Poker Etiquette Part 3

An examination of poker etiquette, specifically around angle-shooting and cheating.

Alright, the cardinal sin of poker: The angle shooter / cheat

Poker’s a game of math, skill, psychology, but also, emotion. People are playing not only with their money, but also their pride, and sometimes, they’re willing to cheat to preserve both. However, in my opinion, the angle-shooters and cheaters are the lowest of the low in the poker world. Sadly, they’re more common than you may think.

I recently read a a thread about someone claiming that he did nothing wrong, but was banned on Full Tilt Poker for collusion.  HIs story was that he is a regualr 1/2 NL player, but occasionally “donks around” with a friend on the lower limit tables.  He said “Sure, we do some crazy plays, and dump chips off to one another sometimes, but now I’m out 2k?  Well my friend, that is actually cheating.  It doesn’t matter if the money means nothing to you, if you wanted money gone to someone else’s account, transfer it.  When it comes down to it, there are people who are playing at this level seriously, and trying to either learn the game, or build up their bankroll.  When you dump chips to a friend, o rplay on the same table repeatedly, it puts that person at a disadvantage, and makes the game unfair – in other words, you cheated.

I was actually at a game once where someone angle-shot me, and knew he did it.  He actually came up and said to me “Sorry man, I knew you were my main competition at the table, and had to get rid of you”.  Well sir, your apology means little to me since you clearly knew you were cheating.  Now, I’m sure this guy would consider what he did “within the rules of the game”, but it was pretty clear to me, and several others, that he was angle shooting.  My guideline?  If your mama wouldn’t be proud, you cheated!

A lot of people often equate poker with a life-analogy, well, I subscribe to this belief at times as well, and it kind of says a lot about the character of a person who tries to cheat, or for that matter, someone who allows cheating at their game (as this host did).  And although I’m sure my sample size isn’t quite large enough, the host of that game ended up going to prison a few months later for frauding a local company of 12k in false insurance claims.

The reason I’ve put this into my etiquette series, is because it’s a pretty safe bet that if you’re in a low-stakes game, and someone catches you angle-shooting, it’s highly unlikely that you’re going to be invited back.  If you’re in a higher stakes game and you try this kind of thing, you’re going to be lucky to get away from the table with your hide intact!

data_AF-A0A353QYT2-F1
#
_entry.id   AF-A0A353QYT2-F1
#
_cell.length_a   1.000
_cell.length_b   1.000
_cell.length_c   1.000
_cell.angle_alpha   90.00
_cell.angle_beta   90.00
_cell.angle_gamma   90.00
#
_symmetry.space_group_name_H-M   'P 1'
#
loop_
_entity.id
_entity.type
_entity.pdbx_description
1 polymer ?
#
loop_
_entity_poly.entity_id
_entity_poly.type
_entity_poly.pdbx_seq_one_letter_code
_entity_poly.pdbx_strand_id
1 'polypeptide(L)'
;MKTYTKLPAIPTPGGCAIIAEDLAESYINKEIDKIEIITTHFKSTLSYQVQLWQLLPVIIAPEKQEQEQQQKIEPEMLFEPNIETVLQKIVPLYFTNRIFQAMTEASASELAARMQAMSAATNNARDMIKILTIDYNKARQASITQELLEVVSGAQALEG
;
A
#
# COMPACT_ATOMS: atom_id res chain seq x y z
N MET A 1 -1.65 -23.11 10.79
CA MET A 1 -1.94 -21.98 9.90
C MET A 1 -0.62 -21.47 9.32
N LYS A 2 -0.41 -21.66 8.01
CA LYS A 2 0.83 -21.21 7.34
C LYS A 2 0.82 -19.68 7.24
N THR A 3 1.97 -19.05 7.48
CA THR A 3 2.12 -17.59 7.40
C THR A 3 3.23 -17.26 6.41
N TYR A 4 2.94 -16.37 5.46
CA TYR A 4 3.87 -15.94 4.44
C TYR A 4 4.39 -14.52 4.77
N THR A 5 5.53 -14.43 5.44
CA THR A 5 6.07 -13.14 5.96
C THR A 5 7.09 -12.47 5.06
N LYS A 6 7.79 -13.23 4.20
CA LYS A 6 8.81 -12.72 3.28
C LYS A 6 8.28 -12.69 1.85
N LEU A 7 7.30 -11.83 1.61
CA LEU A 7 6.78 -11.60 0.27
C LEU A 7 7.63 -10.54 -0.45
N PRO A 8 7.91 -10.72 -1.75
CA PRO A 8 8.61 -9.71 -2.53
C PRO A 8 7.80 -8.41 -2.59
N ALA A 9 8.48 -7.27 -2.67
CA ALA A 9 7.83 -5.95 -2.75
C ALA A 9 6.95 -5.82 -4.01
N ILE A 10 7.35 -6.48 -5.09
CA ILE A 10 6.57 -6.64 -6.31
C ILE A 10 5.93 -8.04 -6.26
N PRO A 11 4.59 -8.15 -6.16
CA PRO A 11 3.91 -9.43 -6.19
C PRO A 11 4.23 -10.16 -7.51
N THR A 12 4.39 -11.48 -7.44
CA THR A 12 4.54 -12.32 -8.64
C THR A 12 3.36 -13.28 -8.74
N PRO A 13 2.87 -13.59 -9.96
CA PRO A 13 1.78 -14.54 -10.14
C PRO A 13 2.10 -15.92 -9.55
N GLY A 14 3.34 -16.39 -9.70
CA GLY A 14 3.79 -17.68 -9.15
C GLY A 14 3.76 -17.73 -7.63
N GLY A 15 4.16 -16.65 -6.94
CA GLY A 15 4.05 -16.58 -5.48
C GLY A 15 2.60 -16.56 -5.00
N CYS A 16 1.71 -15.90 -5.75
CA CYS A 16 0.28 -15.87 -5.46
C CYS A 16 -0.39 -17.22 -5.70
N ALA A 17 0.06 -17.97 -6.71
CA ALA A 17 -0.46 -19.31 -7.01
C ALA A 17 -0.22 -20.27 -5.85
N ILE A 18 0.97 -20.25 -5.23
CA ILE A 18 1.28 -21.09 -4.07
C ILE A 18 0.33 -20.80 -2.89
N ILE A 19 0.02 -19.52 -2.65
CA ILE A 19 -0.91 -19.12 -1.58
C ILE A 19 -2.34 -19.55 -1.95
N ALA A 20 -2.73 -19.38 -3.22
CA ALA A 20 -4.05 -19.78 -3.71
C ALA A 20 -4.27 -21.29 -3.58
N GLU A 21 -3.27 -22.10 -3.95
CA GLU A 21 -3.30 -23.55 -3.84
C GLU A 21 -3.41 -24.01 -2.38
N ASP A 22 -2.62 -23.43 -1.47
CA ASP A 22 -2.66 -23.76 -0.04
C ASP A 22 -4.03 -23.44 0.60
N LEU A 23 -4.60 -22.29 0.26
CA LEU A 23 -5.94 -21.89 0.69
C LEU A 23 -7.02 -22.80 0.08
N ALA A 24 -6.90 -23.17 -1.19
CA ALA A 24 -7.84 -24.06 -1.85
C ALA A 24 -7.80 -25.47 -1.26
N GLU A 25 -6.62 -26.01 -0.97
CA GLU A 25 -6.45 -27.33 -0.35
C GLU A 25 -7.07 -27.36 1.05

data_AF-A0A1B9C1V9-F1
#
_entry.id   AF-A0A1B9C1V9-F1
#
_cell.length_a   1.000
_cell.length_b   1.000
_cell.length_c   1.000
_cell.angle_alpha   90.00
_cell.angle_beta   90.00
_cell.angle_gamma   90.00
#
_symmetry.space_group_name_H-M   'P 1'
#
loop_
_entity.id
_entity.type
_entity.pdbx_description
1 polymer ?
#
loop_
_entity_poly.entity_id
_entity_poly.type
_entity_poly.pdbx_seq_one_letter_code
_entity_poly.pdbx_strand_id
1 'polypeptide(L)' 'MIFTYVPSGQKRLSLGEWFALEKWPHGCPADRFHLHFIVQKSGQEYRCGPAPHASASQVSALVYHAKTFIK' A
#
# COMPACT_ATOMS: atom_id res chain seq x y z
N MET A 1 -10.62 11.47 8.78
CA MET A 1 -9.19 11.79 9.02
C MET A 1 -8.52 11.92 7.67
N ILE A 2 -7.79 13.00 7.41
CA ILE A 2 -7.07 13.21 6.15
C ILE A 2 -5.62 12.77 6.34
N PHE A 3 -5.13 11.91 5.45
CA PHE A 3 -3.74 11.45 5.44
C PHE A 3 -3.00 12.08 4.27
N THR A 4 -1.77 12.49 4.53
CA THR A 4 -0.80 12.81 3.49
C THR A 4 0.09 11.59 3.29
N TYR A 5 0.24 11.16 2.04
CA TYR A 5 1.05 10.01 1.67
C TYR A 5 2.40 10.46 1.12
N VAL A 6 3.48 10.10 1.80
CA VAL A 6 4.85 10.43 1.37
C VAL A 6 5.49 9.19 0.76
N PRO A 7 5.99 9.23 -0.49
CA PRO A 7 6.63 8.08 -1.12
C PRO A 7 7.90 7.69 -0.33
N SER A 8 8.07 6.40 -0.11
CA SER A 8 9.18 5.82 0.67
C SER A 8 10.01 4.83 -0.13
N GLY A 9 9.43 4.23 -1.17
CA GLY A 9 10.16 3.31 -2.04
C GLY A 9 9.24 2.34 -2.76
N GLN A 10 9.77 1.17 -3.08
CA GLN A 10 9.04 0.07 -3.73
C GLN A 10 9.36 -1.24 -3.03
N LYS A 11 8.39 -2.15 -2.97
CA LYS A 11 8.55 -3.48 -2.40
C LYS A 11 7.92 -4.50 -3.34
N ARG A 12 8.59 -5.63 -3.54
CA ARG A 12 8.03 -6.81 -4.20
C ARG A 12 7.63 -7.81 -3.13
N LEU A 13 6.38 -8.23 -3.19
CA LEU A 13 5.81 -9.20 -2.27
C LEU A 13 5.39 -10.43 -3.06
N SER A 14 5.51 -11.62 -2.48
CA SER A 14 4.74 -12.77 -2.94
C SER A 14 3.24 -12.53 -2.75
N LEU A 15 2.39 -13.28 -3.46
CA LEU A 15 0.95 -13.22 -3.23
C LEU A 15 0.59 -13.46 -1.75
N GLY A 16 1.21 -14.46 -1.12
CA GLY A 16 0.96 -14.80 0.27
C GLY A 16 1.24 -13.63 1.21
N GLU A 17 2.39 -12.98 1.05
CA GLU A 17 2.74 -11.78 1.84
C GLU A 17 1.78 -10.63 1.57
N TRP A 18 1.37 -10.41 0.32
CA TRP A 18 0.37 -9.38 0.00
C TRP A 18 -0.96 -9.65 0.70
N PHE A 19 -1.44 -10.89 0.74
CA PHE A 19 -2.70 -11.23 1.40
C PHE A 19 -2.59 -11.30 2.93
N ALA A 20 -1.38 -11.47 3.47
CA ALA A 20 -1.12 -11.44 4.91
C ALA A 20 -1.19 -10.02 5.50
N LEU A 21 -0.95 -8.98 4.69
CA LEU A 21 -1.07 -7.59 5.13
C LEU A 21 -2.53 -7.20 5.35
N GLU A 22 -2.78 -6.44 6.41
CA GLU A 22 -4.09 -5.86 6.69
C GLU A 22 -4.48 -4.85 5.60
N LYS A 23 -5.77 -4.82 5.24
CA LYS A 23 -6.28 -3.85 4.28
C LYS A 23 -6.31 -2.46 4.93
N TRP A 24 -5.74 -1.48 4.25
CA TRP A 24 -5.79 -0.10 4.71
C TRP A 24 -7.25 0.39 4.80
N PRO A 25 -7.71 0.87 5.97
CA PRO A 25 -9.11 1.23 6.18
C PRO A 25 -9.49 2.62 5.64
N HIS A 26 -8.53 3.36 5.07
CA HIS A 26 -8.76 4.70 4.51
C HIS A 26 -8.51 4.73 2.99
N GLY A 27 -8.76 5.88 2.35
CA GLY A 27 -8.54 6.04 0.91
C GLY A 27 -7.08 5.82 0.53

2 thoughts on “Poker Etiquette Part 3”

  1. “the host of that game ended up going to prison a few months later for frauding a local company of 12k in false insurance claims.”

    That says it all right there. As you noted, it’s probably the case that the way a person plays poker is the way he plays life. If he’s a douche at the table, he’s probably a douche everywhere else.

    What’s great is that the poker community is one of the most self-policing around. Even a hint of corruption, angle-shooting, or even just going back on one’s word, and you’re toast for life. Yet they’re also very accepting: race, gender, personality are all irrelevant–in fact mixing it up is usually welcome to make it more interesting and fun. You can be quiet or loud; humble or egotistical; a good sport or a crybaby; take it in stride or have a meltdown every hand–and it’s all good: as long as you’re playing fair.

    Come to think of it, this is a higher standard than most people have in nearly any other area of life. The world would probably be a better place if more people played life the way poker players play poker.

  2. Just to clarify, I wasn’t suggesting that poker players are dishonest, in fact, I’m in agreement that the community is one of the most accepting and understanding, not to mention trustworthy, that I’ve ever been involved in!

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